What people are saying - Write a review
We haven't found any reviews in the usual places.
Other editions - View all
able adopted American annual attention become Board Boston boys branches called carried character child civilization classes Committee common condition consider continued course culture drawing duties English equal exercise experience fact German girls give given grades grammar schools higher human hundred important industrial Institute instruction intelligence interest knowledge labor language less lessons literature living man's Mason Mass matter means meeting ment methods mind nature necessary needs objects organization parents perfection person physical popular practical prepared present primary schools progress Providence public schools pupils question reading receive respect schools seen singing society success taught teachers teaching thing thought tion true week whole young
Page 33 - There is that scattereth, and yet increaseth; and there is that withholdeth more •than is meet, and it tendeth to poverty.
Page 109 - Hitherto it is questionable if all the mechanical inventions yet made have lightened the day's toil of any human being. They have enabled a greater population to live the same life of drudgery and imprisonment, and an increased number of manufacturers and others to make fortunes.
Page 99 - To establish public institutions, rewards, and immunities for the promotion of agriculture, commerce, trades, and manufactures.
Page 36 - Societies, and with individuals. 4. The Treasurer shall collect and receive all' moneys of the Institute, and shall render an accurate statement of all his receipts and payments, annually, and whenever called upon by the Board of Directors ; to whom he shall give such bonds for the faithful performance of his duty, as they shall require. He shall make no payment except by their order.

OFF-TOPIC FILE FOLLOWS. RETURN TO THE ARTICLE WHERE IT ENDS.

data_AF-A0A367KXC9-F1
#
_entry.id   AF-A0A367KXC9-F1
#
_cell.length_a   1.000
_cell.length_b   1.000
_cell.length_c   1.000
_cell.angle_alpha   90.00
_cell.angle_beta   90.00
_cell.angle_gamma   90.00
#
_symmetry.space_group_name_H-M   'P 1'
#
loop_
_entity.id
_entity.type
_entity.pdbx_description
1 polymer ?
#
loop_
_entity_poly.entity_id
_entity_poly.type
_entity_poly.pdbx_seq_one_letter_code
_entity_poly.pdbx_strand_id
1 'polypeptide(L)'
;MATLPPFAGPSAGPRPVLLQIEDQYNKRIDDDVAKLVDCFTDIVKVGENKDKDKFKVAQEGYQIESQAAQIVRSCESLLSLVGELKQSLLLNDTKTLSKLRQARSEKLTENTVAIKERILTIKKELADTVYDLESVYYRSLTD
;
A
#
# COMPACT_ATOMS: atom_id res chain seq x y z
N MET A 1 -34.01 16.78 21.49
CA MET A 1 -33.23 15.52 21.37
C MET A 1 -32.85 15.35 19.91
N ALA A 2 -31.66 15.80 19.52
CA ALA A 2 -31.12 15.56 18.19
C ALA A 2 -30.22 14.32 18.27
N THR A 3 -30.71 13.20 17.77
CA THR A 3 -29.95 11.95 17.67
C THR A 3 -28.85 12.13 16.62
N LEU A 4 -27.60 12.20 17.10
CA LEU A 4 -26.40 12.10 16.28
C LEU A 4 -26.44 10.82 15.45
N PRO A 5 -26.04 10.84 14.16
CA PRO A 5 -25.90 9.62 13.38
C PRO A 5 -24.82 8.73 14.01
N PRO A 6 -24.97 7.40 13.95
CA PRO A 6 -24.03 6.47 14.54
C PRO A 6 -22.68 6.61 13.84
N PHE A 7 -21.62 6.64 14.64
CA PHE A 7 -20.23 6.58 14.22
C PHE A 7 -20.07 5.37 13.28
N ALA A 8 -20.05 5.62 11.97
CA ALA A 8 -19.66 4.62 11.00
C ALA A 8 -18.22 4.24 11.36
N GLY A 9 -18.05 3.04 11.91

Page 82 - Education makes a man a more intelligent shoemaker, if that be his occupation, but not by teaching him how to make shoes; it does so by the mental exercise it gives, and the habits it impresses.
Page 111 - I have no conception of any manner in which the popular republican institutions under which we live could possibly be preserved, if early education were not freely furnished to all, by public law, in such forms that all shall gladly avail themselves of it.
Page 37 - These rules may be altered or amended by a vote of two-thirds of the board, by the member or members...
Page 157 - ... the power is the guilt of its use for purposes vain or vile ; and hitherto the greater the art, the more surely has it been used, and used solely, for the decoration of pride,* or the provoking of sensuality. Another course lies open to us. We may abandon the...